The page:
Notice a theme? Yes, most of these cards seem quite at home in Control archetypes. Well, as 2013 has shown as, Aggro might be a bit too strong right now.


Always blame the Nacatls

Attacking Aggro

While I won’t go too deep into the subject (future article material), Aggro certainly has shown itself as the dominating strategy as of late. Frankly, this isn’t that surprising. In the past years, Wizards has cranked the power creep amp all the way up to 11. Power and toughness never looked so good. Creatures now deal more damage, have become much more difficult to deal with, and tend to favour proactive strategies.

Another strength of Aggro stems from the points list itself. While Control decks have a considerable amount of room as far as points customization goes, Aggro gets to dig their claws into nearly everything available within their colour.

Tutors? Find that equipment or situational creature you needed.

Fast Mana? 10+ Dorks available, as well as plenty of Moxen

Value? Hard to find a creature printed in the past three years that wasn’t all about ~V A L U E~

Combo? Have a chat with Melira and see what’s happening!

There’s a whole barrel of reasons as to why Control gets the shaft when it comes to pointed cards (cough cough, combo, cough cough)

Time Flies

Looking to the future of Highlander shows many great opportunities ahead. The community is more involved than ever, and tournaments are pulling in impressive numbers week after week. The main priority however is not points, or mulligan rules or format tweaking itself, but making sure everyone is on the same page. Keeping every play in-tune with what is going on to avoid any confusion or leaving anyone feeling left out.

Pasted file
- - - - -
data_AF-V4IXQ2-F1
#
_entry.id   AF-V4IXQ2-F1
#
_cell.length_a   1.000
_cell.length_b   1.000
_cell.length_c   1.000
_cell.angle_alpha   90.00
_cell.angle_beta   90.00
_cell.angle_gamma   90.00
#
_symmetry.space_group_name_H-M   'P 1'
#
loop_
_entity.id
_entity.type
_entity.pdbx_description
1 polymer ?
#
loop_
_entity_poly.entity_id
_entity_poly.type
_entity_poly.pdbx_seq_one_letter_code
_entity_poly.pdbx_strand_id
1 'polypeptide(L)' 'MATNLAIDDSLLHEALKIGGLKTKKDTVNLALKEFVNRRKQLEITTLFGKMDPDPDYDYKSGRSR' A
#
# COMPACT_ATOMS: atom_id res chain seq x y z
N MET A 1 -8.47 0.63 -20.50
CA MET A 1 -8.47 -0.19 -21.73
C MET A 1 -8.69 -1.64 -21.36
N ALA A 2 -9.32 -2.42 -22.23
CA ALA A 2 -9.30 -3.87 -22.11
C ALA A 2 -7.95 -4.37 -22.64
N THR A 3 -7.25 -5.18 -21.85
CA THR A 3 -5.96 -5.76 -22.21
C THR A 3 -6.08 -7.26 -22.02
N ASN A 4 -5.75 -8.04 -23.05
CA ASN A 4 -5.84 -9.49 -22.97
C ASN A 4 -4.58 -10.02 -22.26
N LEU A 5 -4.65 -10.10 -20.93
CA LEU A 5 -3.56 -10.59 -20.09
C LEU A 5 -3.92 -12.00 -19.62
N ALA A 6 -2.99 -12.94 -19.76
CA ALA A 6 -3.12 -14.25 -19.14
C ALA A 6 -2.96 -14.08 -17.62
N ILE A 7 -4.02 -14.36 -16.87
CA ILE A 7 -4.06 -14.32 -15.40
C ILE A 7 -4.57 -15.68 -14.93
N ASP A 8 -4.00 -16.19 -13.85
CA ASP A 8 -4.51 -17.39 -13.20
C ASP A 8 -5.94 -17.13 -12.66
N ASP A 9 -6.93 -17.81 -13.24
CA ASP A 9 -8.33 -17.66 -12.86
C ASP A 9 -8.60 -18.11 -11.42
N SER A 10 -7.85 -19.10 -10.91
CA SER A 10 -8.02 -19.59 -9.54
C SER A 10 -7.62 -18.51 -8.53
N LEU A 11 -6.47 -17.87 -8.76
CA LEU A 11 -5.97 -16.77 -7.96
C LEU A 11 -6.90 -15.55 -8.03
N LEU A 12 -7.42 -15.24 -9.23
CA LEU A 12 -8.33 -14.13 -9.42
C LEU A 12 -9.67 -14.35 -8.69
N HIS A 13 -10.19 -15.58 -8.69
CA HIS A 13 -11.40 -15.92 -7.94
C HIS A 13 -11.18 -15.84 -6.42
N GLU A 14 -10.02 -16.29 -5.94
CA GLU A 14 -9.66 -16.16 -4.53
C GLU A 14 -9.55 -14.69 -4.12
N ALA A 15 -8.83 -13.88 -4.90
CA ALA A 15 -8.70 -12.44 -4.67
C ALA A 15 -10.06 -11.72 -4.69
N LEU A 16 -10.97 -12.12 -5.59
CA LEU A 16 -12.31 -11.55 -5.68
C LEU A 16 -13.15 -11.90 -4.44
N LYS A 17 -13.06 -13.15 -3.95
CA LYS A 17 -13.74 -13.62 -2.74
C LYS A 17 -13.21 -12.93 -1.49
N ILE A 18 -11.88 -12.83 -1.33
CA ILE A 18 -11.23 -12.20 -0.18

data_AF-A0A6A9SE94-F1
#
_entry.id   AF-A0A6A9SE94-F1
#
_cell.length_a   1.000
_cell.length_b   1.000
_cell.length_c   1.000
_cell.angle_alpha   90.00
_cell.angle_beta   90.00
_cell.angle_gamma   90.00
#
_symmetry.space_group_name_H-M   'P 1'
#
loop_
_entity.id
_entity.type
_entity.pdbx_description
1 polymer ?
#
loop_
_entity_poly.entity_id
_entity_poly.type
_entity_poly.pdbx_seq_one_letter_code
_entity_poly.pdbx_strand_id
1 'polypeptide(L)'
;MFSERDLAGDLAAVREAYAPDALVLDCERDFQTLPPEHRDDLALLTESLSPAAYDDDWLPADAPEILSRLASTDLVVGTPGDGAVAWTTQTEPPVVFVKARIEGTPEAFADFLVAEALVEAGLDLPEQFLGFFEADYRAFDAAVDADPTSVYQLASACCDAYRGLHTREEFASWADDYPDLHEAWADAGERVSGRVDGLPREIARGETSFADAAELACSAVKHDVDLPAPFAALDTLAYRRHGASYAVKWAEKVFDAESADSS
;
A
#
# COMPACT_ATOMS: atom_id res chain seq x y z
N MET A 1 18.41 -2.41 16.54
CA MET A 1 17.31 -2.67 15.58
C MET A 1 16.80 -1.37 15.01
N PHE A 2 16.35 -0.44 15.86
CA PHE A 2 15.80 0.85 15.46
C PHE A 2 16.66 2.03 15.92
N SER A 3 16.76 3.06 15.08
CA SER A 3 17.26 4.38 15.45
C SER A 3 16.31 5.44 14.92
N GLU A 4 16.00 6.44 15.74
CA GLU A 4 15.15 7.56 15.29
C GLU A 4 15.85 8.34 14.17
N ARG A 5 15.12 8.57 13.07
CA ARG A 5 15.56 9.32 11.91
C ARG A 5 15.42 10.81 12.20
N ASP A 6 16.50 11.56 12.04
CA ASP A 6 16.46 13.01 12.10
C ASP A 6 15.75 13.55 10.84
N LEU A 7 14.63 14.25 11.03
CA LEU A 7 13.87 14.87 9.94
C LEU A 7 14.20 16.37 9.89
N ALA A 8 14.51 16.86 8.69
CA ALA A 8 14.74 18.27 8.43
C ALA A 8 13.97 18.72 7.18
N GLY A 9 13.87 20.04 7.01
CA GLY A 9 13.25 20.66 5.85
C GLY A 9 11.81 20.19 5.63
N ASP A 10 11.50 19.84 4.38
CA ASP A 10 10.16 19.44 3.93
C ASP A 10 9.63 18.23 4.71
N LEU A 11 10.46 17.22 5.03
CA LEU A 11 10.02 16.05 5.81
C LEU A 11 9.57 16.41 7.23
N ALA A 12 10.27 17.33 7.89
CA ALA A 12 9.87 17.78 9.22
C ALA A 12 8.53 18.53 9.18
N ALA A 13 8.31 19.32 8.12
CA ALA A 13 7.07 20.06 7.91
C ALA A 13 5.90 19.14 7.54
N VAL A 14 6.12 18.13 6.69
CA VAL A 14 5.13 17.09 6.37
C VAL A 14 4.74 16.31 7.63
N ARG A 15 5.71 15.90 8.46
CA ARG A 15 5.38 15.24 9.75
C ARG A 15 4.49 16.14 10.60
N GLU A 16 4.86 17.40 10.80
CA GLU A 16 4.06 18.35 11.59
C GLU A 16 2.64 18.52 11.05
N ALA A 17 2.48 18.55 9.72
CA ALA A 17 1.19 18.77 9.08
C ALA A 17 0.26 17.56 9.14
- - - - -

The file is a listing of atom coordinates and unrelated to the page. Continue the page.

Personally, I intend on carrying this project for the remainder of 2014, and would like to share our formats progression with the community every step of the way.



2013 in Review: The Highlander Points List – Part 2. Points Development


2013 started off with a points list already in effect. The list had been tuned, worked upon, and drastically altered across the experimental trip known as 2012. With the list being functional and tournaments still sporting impressive numbers, the community wasn’t exactly unprepared for the possible advancements of our beloved format. We had something to work off of. We were prepared for anything. Well, anything except Goblins and Storm. That’s a different story entirely though, so let’s get down to the changes that happened across 2013.

January 21st, 2013

Multiple Mox Taxation
Birthing Pod: 3 increased to 4